The self-healing coating can remove scratches on the car with the help of sunlight

A self-healing protective coating applied to a car model.

“Self-healed surface of a car model after being scratched when exposed to focused sunlight with a magnifying glass (top) or direct sunlight (bottom).”
Image: Korea Research Institute of Chemical Technology (KRICT)

As a screen protector for your entire car, a new protective coating developed by researchers in Korea Research Institute of Chemical Technology in fact, it can go a step further than your plastic films Apply To yours smartphone display. When exposed to the sun, it can heal itself, making the scratches disappear completely just for half an hour.

Unless you keep it parked in a garage all the time, getting a scratch on your vehicle is inevitable; be it from another vehicle in a parking lot or a rock kicked up while driving on the road. There are protective coatings help protect the vehicle’s finish and minimize the risk of a scratch going deep enough to damage the paint, expose the lower metal panel and increase the risk of rust, but even a protective finish will show scratch marks that either need to be buffed out or repaired by a professional with the right tools.

For those who want to keep their vehicle looking as pristine as the day it rolled off the dealership lot, but without putting any effort or money into its maintenance, self-healing protective coatings have been made in development for several years, but with some challenges that were difficult to overcome. Materials that exhibit malleable properties to facilitate repair of scratch damage are also not very durable, so the vehicle would actually be more susceptible to being scratched more often, while harder materials are less susceptible to damage. also exposed less effective self-healing tendencies when the physical impact is severe enough to cause a visible scratch.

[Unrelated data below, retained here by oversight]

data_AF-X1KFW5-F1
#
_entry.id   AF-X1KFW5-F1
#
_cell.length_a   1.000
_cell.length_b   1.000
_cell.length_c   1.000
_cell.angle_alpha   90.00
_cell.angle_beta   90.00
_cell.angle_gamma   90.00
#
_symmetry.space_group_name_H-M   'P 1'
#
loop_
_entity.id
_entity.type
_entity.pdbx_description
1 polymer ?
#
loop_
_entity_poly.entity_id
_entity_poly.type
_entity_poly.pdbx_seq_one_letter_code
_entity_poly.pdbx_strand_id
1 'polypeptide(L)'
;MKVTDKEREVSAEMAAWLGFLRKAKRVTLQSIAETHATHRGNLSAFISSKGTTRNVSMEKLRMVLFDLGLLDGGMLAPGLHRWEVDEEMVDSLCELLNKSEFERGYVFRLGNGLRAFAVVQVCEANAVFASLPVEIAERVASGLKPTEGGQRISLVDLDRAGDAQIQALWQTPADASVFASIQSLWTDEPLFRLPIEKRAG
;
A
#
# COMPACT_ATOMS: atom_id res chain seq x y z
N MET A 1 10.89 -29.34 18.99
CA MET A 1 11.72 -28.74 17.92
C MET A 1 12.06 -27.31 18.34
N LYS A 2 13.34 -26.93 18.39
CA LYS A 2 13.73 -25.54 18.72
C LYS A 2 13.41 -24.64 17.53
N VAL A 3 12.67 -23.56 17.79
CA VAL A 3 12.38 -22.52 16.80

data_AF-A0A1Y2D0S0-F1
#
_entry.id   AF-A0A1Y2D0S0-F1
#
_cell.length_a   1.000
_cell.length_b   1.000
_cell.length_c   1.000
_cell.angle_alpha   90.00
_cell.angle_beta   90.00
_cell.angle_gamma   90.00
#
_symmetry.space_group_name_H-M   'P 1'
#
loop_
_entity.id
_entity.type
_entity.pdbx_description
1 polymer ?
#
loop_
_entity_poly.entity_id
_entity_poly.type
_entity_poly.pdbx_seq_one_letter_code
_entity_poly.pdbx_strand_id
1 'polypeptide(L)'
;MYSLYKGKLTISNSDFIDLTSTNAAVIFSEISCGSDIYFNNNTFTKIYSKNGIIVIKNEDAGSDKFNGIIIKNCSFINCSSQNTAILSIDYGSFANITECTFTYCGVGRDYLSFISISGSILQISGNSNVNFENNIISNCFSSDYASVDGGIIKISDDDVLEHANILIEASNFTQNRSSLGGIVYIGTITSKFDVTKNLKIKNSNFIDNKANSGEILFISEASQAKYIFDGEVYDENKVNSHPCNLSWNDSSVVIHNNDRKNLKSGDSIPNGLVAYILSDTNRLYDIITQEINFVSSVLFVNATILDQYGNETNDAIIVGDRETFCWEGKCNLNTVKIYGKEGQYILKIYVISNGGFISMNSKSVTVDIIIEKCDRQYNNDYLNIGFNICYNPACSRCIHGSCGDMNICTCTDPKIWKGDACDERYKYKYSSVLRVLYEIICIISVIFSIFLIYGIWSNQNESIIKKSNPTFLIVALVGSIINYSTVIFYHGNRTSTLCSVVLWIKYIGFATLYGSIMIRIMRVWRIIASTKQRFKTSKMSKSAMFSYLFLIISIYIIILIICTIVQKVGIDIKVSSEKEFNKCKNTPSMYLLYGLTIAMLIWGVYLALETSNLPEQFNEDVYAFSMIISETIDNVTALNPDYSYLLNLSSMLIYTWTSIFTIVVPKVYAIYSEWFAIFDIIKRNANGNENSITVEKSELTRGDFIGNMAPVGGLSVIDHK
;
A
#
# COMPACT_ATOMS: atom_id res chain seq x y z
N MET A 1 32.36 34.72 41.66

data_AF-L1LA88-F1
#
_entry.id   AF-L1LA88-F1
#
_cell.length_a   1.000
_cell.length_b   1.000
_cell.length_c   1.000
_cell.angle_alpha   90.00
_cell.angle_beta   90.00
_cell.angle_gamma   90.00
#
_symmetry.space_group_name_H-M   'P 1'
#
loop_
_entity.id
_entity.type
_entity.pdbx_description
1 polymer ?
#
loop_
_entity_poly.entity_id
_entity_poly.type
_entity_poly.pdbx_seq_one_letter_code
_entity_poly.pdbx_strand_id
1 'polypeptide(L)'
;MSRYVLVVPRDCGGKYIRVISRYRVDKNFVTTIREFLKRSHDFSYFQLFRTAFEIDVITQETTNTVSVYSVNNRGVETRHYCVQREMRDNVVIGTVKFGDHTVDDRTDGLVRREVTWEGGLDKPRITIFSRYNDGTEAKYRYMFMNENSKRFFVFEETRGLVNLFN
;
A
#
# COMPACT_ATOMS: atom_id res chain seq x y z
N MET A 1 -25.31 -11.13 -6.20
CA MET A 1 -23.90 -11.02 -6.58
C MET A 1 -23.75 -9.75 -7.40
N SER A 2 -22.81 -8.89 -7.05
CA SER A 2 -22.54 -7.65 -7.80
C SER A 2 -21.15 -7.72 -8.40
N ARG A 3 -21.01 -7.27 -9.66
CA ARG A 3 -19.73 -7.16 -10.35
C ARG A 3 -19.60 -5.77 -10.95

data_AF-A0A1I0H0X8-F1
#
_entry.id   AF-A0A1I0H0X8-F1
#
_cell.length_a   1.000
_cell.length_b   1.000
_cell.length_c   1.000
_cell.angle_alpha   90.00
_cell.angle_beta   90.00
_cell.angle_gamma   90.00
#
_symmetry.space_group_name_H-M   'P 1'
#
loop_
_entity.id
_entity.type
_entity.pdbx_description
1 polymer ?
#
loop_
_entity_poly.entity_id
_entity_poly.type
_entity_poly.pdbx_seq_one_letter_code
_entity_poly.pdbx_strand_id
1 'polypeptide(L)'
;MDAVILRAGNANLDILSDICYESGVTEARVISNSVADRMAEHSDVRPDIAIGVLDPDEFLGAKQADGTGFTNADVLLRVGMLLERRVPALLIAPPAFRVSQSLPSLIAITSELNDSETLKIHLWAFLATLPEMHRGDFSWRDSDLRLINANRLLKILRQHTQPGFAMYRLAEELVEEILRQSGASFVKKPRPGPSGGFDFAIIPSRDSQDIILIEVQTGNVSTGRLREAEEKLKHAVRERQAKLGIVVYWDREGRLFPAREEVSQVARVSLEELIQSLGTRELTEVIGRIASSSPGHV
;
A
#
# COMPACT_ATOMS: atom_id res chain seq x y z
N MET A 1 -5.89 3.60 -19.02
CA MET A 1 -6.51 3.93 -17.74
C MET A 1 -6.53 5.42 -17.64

Researchers from Korea Research Institute of Chemical Technology came up with a the best of both worlds. They upgraded the highly durable protective resin coating with a reversible acrylic polyol-based polymeric mesh material, as well as introducing a photothermal dye. The paint absorbs infrared light from the sun and converts it into heat energy, which increases the surface temperature of the protective coating. The chemical bonds of the coating’s polymer structure respond to the increased heat by dissociating and then recombining again, slowly repairing the damaged polymer structure where the scratch occurred until it is completely repaired and gone.

The Science Behind Self-Healing Automotive Coating

“Self-healing mechanism of an environmentally friendly protective coating material for vehicles including dynamic polymer network and photothermal dye.”
Image: Korea Research Institute of Chemical Technology (KRICT)

The healing process can be accelerated by using a high-intensity light source such as a laser or by using the old-school magnifying glass, but testing with a small model car treated with the coating found that simply leaving the car with visible damage in broad daylight sun for about 30 minutes generates enough heat to completely heal the scratches.

The effectiveness and speed of the healing process depends on several factors, including the intensity of sun exposure, but the researchers are confident that it can be used not only on full-size cars, but also as a way to protect other vehicles such as boats and aircraft, while minimizing maintenance requirements. And yes, it can even be applied to devices like smartphones, so the next time your device falls to the pavement and leaves with scars to remind you of clumsiness, you can just leave it on the windowsill for a while and come back to a device that looks like new.